We also wanted to give him the freedom and opportunity to discover, to
learn and to grow reaching for his own dreams.

Well we had our plan but I knew nothing about infant care. Well, I did know what end needed diapering and Patrick and I had a great time
figuring out how he would be fed. I will never forget the beauty, joy and delight when I pressed and milk streamed into his mouth. The doctor came in as we were figuring this out and smiled at us.

Mr. Pat worked two jobs the first fifteen years of our marriage. My college
years were 15 years in future. There was no internet to ask questions. There were many things I did not know. I did know I was a “MOM” and babies don’t come with instructions so I better get busy.

During the coming week I will share with you some of the knowledge I acquired as a mom, a student of early childhood education and my employment working with parents and babies, prenatal to five years of age. Joy!

Christmas Crafts for Kids

Yarn Pom-Pom Snowman
Materials:
1 large and 1 small yarn pom-pom
Black felt for hat
Scrap of felt for scarf and face
Cotton balls for arms and legs
Directions. Make pom-poms and glue together. Glue on features and scarf. Make a hat and glue onto snowman’s head. Glue on cotton balls.

Folded Butterfly
Materials:
1 piece of white construction paper for butterfly wings
1 small piece of black construction for butterfly body
Poster Paints
Eye dropper (These are available at a pharmacy)
Directions: Fold the piece of white paper in half. Draw the butterfly wings with a pencil. Cut the paper into a rectangle leaving the wings to cut-out later Open the paper and let the children use the dropper to drip droplets of the paint on one side of the paper only. Now fold the paper and press with the flat of their hand from the center out to each end. Slowly open the paper and set aside to dry. When dry, refold and cut out the sketched butterfly. Cut out a body from black paper and glue to center of the insect.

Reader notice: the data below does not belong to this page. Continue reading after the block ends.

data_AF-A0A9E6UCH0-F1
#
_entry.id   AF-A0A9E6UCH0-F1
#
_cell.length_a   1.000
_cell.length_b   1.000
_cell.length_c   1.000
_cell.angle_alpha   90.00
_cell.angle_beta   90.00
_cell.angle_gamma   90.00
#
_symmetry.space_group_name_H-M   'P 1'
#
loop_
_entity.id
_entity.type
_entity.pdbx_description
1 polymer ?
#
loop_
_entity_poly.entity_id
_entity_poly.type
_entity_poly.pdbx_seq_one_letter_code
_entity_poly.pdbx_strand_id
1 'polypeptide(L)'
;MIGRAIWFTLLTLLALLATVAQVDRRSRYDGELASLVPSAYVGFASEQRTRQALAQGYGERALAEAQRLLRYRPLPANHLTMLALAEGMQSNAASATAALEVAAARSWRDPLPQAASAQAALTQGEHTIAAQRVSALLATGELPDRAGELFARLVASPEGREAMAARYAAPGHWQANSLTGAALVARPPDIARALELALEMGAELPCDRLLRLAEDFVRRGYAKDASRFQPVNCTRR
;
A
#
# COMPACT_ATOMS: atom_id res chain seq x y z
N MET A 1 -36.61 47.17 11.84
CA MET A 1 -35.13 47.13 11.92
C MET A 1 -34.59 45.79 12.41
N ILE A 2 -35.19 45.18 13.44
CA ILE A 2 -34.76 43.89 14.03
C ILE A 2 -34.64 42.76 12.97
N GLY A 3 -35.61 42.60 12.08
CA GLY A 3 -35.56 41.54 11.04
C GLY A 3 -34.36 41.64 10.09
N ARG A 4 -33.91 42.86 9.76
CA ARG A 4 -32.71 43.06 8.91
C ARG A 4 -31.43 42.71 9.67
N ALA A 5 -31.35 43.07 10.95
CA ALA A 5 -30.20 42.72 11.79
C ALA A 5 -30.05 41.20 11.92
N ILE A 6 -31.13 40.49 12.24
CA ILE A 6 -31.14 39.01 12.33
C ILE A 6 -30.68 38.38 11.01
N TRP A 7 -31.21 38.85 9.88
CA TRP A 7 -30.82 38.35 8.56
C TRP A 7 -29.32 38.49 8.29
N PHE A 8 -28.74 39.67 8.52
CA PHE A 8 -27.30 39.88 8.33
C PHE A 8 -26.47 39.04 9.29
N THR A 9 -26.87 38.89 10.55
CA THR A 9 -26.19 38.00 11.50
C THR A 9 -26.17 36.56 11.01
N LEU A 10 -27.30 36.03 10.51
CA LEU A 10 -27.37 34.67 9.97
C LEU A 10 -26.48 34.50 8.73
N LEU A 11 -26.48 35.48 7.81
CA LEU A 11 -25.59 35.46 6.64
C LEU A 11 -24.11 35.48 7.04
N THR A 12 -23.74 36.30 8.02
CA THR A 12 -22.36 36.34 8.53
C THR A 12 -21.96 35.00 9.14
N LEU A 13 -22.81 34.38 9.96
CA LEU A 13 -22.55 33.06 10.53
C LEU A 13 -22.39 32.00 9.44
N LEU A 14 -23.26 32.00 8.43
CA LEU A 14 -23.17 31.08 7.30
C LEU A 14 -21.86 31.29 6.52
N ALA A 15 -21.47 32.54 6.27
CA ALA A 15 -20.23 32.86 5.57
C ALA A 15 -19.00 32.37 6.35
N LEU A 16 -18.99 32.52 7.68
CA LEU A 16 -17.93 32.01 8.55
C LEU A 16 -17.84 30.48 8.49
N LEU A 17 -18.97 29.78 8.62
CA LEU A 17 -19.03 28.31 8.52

Pressed Flowers
During the spring and summer pick the flowers buttercups, queen Anne’s Lace and little Johnny-Jump-ups. The leaves of the queen’s lace are feathery and press well. Add some to the flowers. These are not endangered, but never pick all the flowers from one spot. Leave some to reseed. Place the flowers and leaves face down between the pages of a book. Place a heavy book on top. 

These can be used to make beautiful cards, small pictures or to decorate a special Invitation like wedding or anniversary. Frame in a 5” by 7” frame. I drew the outline of a heart of on a folded piece of card stock then filled the center of the heart with the heads of pressed buttercups. It made a beautiful wedding card. For Christmas these could be glued to clear plastic ornaments then finish by painting the ornament with a white glue and water solution. Using card stock draw the shape of ornament then paint or color the ornament. When the ornament is dry, cut it out and glue some pressed flowers onto it. This will make pretty Christmas tree ornaments. I would protect the flowers by covering the flat ornament with clear contact paper.